First of all, I’d like to point out how happy I am that mental health is being discussed more openly. And why shouldn’t it? According to research done by the National Alliance on Mental Illness four years ago no less than 20% of teenagers and young adults aged 13 to 18 experience mental disorders. And those are low estimates since a lot of teenagers are reluctant to seek help.

Why? Because there’s still a stigma that surrounds mental illness.

Teenagers and young adults often feel ashamed of their mental health struggles which means it takes longer for them to seek out help (if at all). They feel alone, confused, and scared while they try to cover up and pretend they’re okay.

While YA books that feature characters with a mental illness is by no means a replacement for professional help, they can help teenagers feel less alone. They can give them a better understanding of their illness, which could be the first step in seeking out help.

That’s why it’s so important that YA fiction provides a realistic representation of mental illness.

But what do we mean by realistic?

For me, the key to accurate representation is twofold:

  • Death to all clichés and stereotypes: someone who struggles with depression can have plenty of friends and have fun. Just because you can’t see their pain doesn’t mean it’s not there. Someone who has anxiety can still leave the house or talk to a group of people. The following isn’t relevant to YA fiction (I hope) but I’d still like to point it out. I’ve seen this around on Instagram.

“I just spent half an hour cleaning my room. #OCD”
“I don’t like to mix my M&M’s. OMG, I’m so #OCD”

For the love of God, it’s not an adjective. And you can’t just throw that word around. OCD (or any other mental illness) is not fun or quirky or cute. It’s an illness.

  • Don’t hand out cures or solutions: I can’t tell you how annoyed and angry I get every when the main character “cures” their mental health issue(s) with love. Seriously? Like, no. Kissing a new guy/girl/other and being all lovey-dovey doesn’t “cure” you. A mental illness is something you (mostly likely) carry with you for the rest of your life. Some hot guy/girl/… on a motorcycle isn’t going to change that. (Yes, I’ve read books like this.)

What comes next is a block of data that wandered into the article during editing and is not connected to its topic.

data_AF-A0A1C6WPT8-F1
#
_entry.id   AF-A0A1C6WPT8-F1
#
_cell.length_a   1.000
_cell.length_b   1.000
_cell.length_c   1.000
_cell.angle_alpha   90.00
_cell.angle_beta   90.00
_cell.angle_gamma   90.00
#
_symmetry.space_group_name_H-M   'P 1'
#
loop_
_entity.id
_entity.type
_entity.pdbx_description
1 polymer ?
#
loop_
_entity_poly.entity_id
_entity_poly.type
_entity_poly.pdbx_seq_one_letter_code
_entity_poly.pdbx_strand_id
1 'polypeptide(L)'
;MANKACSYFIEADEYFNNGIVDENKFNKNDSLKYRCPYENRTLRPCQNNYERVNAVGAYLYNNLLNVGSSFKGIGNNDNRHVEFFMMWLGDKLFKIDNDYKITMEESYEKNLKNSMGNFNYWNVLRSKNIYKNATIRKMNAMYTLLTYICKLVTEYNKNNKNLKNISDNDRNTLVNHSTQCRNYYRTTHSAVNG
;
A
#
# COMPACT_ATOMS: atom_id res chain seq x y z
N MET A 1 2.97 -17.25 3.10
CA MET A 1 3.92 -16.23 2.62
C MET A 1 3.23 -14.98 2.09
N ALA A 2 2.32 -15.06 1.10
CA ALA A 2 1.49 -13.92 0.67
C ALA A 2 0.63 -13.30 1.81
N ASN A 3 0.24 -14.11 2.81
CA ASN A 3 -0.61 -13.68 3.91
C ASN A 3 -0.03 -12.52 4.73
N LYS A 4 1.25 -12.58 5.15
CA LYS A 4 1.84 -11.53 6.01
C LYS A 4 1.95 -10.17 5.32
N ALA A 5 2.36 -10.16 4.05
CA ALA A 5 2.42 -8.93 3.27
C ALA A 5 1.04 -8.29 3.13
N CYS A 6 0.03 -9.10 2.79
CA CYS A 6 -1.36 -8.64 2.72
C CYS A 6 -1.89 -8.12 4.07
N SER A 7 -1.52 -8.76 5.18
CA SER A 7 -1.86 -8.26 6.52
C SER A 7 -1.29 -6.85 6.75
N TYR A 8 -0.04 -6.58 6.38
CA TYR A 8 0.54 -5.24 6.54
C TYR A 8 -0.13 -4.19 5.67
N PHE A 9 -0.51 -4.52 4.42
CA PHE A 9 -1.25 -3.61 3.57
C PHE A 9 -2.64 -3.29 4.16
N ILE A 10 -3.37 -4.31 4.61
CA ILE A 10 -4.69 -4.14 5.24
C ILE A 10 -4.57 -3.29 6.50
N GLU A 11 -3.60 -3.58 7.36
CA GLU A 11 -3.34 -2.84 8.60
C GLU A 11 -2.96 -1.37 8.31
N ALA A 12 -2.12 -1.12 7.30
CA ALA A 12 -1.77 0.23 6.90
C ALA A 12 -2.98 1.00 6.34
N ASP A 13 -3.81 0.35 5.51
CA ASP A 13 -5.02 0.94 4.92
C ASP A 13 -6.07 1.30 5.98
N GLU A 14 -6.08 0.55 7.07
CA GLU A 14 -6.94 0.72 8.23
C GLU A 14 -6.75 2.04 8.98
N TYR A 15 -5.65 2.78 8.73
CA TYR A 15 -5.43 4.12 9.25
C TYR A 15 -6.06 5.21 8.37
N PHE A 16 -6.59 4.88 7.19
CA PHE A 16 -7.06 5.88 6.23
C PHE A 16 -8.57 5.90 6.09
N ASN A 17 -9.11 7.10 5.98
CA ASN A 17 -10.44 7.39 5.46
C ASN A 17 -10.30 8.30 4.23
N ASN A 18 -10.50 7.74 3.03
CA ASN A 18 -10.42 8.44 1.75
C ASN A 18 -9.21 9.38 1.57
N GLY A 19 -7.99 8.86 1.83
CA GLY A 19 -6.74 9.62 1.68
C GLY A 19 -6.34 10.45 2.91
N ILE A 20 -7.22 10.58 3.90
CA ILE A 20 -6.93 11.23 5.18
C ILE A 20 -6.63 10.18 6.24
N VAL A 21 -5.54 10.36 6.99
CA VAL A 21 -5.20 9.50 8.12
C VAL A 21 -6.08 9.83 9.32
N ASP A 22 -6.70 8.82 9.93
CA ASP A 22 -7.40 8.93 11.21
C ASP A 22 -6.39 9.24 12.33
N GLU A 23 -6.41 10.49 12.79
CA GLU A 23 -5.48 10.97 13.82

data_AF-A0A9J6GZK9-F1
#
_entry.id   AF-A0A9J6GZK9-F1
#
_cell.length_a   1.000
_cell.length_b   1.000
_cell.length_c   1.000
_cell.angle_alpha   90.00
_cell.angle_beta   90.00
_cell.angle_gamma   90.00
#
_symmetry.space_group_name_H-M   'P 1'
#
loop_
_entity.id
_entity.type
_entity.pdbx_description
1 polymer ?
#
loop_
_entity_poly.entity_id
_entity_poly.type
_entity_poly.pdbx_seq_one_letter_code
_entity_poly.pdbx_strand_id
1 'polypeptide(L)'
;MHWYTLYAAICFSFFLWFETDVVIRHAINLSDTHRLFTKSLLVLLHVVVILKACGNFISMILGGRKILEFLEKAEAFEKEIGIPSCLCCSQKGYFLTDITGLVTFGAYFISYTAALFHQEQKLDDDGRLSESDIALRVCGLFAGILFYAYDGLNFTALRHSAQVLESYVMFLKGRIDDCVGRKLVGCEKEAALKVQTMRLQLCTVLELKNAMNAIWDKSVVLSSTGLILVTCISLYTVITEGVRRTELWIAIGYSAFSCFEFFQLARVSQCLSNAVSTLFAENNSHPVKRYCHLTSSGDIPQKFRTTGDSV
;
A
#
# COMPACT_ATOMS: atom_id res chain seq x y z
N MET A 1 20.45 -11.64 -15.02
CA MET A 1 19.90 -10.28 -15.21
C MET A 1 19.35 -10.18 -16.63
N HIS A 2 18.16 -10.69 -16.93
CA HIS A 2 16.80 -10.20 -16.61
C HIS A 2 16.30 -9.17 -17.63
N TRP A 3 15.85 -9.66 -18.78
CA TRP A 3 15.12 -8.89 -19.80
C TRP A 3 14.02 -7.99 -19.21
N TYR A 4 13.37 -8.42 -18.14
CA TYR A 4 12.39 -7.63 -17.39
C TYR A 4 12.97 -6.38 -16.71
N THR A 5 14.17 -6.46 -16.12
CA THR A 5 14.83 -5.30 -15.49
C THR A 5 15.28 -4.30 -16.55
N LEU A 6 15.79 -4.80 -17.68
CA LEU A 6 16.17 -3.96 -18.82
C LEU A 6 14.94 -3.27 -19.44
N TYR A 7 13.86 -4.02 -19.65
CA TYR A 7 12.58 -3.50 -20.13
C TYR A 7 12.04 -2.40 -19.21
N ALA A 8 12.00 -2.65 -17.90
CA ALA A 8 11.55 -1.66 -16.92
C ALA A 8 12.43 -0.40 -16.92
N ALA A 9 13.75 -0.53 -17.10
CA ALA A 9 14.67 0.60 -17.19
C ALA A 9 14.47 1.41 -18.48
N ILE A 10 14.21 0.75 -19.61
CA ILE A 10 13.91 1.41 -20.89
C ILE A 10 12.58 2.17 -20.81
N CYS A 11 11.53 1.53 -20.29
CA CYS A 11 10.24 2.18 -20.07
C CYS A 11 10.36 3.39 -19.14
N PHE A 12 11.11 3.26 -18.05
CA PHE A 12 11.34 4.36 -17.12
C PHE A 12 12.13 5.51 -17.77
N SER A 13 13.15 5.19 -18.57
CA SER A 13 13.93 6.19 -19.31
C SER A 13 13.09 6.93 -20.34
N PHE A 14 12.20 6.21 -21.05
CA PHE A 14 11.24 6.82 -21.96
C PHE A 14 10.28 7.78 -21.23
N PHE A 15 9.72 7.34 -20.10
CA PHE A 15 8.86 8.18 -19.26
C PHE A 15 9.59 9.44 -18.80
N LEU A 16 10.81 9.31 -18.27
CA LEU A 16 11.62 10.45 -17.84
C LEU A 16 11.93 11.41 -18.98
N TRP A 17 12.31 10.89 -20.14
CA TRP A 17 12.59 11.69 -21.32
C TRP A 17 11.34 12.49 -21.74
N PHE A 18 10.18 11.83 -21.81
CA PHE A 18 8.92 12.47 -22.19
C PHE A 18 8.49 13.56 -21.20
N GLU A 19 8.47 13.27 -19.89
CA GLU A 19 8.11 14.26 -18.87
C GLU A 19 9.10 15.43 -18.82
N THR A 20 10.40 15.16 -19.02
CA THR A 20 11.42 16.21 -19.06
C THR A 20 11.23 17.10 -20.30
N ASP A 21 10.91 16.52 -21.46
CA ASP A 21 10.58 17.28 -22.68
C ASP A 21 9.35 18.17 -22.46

Failing to accurately represent mental illness is disrespectful toward those who actually suffer from it. It diminishes their struggle and their bravery which is completely unacceptable.

*deep breath*

Okay, rant over.

Onto the good stuff. Since mental illness is being discussed more openly there are more books that feature main characters with mental health issues. Some are bad, but, thankfully, there are plenty of authors who get it right too. Here’s my top five and a quote for each so you get an idea:

  1. “I didn’t want to wake up. I was having a much better time asleep. And that’s really sad. It was almost like a reverse nightmare, like when you wake up from a nightmare you’re so relieved. I woke up into a nightmare.” – It’s Kind of a Funny Story

  2. I feel like I’m at the bottom of a well. I feel like I’m way down this deep, deep hole and I’m looking up and all there is is this little dot of light and I have to shout at the top of my lungs for anyone to hear me and even when I do, I say the wrong thing or they don’t really listen or they’re just humouring me – The Rest of Us Just Live Here

  3. I think that if I ever have kids, and they are upset, I won’t tell them that people are starving in China or anything like that because it wouldn’t change the fact that they were upset. And even if somebody else has it much worse, that doesn’t really change the fact that you have what you have – The Perks of Being a Wallflower

  4. i think the idea of a ‘mental health day’ is something completely invented by people who have no clue what it’s like to have bad mental health. the idea that your mind can be aired out in twenty-four hours is kind of like saying heart disease can be cured if you eat the right breakfast cereal. mental health days only exist for people who have the luxury of saying ‘i don’t want to deal with things today’ and then can take the whole day off, while the rest of us are stuck fighting the fights we always fight, with no one really caring one way or another, unless we choose to bring a gun to school or ruin the morning announcements with a suicide – Will Grayson, Will Grayson

  5. I feel like a rock being skipped through the ocean—pain, relief, pain again, relief again, eventually destined to sink – History Is All You Left Me

How do you feel about mental health in YA fiction? Which books get it right? Which ones don’t? What are some stereotypes and clichés that annoy you?

Let me know in the comment section.